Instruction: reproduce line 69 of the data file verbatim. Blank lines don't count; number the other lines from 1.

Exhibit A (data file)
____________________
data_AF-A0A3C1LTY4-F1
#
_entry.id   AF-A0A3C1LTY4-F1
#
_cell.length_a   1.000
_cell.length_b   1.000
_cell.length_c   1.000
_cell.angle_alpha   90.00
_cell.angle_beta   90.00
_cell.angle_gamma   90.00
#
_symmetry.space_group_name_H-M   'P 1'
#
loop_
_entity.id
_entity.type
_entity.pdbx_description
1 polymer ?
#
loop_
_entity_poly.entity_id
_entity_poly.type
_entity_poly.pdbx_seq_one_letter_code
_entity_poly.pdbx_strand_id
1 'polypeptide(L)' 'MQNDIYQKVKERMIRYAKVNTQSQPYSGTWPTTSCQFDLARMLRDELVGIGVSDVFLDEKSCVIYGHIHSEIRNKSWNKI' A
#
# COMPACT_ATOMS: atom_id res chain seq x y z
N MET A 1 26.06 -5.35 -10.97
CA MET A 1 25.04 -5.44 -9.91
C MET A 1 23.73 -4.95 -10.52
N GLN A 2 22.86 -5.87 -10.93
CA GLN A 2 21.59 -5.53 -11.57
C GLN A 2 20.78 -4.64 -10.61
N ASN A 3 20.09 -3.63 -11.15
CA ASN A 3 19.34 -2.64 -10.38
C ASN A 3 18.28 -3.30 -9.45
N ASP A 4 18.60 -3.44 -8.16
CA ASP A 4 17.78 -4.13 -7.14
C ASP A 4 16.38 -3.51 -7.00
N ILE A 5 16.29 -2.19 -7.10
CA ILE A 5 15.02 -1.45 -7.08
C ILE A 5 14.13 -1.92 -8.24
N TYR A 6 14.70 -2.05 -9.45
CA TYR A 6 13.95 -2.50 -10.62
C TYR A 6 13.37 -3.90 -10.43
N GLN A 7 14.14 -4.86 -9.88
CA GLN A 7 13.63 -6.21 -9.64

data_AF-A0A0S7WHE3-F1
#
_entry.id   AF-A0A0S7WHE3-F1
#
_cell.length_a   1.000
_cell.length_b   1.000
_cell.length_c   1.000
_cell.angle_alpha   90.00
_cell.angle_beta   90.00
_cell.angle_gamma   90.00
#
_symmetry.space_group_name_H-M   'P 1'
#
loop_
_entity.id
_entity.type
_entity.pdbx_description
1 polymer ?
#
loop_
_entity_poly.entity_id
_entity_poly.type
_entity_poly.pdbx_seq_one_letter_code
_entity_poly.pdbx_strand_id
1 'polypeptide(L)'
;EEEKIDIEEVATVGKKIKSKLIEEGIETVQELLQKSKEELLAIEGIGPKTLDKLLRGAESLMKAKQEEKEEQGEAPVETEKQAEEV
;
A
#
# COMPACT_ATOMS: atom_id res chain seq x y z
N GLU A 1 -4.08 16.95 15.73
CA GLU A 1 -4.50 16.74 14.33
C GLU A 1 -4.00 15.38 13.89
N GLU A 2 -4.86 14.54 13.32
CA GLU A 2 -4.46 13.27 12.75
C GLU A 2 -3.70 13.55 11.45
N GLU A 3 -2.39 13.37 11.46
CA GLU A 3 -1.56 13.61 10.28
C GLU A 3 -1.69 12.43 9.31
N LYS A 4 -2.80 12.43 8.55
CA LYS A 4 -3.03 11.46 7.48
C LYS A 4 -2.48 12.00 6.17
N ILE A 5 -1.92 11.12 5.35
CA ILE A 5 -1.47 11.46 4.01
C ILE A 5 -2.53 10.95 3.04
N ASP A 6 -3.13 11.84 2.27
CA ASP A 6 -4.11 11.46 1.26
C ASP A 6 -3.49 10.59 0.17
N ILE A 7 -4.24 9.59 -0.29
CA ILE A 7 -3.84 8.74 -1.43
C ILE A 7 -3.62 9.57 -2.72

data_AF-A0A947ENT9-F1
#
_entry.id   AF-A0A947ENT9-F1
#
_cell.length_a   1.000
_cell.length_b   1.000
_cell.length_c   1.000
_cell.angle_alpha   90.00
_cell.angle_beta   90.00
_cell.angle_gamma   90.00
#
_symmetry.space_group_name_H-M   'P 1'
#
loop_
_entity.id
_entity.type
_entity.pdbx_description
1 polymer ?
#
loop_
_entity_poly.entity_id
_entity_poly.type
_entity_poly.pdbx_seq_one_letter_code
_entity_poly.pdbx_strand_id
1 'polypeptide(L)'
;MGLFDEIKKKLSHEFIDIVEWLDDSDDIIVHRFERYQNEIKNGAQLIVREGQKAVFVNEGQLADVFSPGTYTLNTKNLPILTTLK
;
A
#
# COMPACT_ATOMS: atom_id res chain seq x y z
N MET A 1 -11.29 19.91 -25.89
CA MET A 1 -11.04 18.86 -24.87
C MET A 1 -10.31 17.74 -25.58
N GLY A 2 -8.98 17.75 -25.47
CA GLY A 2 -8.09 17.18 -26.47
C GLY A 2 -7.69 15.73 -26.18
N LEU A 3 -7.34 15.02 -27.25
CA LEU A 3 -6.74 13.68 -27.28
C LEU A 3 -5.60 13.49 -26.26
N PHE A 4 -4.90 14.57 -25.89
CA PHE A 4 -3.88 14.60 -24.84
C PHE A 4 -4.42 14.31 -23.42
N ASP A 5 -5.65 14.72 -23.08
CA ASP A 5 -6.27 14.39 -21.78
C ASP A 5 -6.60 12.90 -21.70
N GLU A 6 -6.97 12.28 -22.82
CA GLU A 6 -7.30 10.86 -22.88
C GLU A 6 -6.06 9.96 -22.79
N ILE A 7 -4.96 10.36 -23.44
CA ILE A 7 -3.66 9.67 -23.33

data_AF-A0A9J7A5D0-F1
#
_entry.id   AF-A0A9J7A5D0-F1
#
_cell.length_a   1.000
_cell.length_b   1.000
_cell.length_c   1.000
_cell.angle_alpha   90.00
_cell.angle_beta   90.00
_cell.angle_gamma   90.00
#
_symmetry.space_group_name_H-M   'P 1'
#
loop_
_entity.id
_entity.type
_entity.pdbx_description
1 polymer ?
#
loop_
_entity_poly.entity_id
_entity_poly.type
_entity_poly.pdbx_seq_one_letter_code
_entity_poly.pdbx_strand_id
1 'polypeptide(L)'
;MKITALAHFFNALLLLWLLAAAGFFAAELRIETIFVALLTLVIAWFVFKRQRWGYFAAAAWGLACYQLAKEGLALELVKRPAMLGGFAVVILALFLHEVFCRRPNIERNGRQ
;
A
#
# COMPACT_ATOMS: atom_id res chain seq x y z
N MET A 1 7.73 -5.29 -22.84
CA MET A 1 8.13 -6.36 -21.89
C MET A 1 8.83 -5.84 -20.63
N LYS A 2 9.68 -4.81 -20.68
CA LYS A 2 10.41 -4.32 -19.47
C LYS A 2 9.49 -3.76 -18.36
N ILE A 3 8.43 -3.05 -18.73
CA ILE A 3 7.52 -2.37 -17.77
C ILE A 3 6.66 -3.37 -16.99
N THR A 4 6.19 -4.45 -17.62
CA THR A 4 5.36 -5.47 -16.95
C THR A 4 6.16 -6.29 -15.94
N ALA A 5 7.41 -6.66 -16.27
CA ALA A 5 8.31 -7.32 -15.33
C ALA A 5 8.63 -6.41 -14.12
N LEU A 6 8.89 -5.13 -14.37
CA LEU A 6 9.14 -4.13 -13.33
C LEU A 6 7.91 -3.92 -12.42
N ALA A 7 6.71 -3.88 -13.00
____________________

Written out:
_entity_poly.type